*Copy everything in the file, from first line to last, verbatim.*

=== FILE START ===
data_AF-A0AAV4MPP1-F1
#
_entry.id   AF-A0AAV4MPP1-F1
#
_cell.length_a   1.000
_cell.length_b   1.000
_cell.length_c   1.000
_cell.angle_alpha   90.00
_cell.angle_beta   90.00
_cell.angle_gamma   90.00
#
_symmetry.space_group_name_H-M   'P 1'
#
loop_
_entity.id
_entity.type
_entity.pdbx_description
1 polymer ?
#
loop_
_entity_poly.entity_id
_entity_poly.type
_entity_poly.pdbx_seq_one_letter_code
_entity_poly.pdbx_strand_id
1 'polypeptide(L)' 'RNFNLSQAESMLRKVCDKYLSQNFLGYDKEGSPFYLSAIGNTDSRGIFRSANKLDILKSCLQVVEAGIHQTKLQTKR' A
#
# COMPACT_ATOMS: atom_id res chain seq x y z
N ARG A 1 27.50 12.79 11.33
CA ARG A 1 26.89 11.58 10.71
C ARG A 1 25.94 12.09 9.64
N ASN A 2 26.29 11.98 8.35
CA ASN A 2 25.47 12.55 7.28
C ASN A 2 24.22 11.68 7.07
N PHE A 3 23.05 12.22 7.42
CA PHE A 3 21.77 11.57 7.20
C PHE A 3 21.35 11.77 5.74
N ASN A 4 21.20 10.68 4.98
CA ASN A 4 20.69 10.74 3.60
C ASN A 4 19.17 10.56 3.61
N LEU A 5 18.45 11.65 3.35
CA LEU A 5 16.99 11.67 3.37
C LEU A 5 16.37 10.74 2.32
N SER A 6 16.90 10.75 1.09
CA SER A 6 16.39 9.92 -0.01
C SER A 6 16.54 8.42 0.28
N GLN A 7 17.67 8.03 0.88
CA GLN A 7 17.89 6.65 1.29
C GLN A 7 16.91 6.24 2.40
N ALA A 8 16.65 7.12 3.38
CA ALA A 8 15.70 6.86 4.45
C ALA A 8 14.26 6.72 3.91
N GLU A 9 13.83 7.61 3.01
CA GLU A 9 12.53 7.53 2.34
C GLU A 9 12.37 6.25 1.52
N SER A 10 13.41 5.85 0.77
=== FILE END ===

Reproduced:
data_AF-A0AAV4MPP1-F1
#
_entry.id   AF-A0AAV4MPP1-F1
#
_cell.length_a   1.000
_cell.length_b   1.000
_cell.length_c   1.000
_cell.angle_alpha   90.00
_cell.angle_beta   90.00
_cell.angle_gamma   90.00
#
_symmetry.space_group_name_H-M   'P 1'
#
loop_
_entity.id
_entity.type
_entity.pdbx_description
1 polymer ?
#
loop_
_entity_poly.entity_id
_entity_poly.type
_entity_poly.pdbx_seq_one_letter_code
_entity_poly.pdbx_strand_id
1 'polypeptide(L)' 'RNFNLSQAESMLRKVCDKYLSQNFLGYDKEGSPFYLSAIGNTDSRGIFRSANKLDILKSCLQVVEAGIHQTKLQTKR' A
#
# COMPACT_ATOMS: atom_id res chain seq x y z
N ARG A 1 27.50 12.79 11.33
CA ARG A 1 26.89 11.58 10.71
C ARG A 1 25.94 12.09 9.64
N ASN A 2 26.29 11.98 8.35
CA ASN A 2 25.47 12.55 7.28
C ASN A 2 24.22 11.68 7.07
N PHE A 3 23.05 12.22 7.42
CA PHE A 3 21.77 11.57 7.20
C PHE A 3 21.35 11.77 5.74
N ASN A 4 21.20 10.68 4.98
CA ASN A 4 20.69 10.74 3.60
C ASN A 4 19.17 10.56 3.61
N LEU A 5 18.45 11.65 3.35
CA LEU A 5 16.99 11.67 3.37
C LEU A 5 16.37 10.74 2.32
N SER A 6 16.90 10.75 1.09
CA SER A 6 16.39 9.92 -0.01
C SER A 6 16.54 8.42 0.28
N GLN A 7 17.67 8.03 0.88
CA GLN A 7 17.89 6.65 1.29
C GLN A 7 16.91 6.24 2.40
N ALA A 8 16.65 7.12 3.38
CA ALA A 8 15.70 6.86 4.45
C ALA A 8 14.26 6.72 3.91
N GLU A 9 13.83 7.61 3.01
CA GLU A 9 12.53 7.53 2.34
C GLU A 9 12.37 6.25 1.52
N SER A 10 13.41 5.85 0.77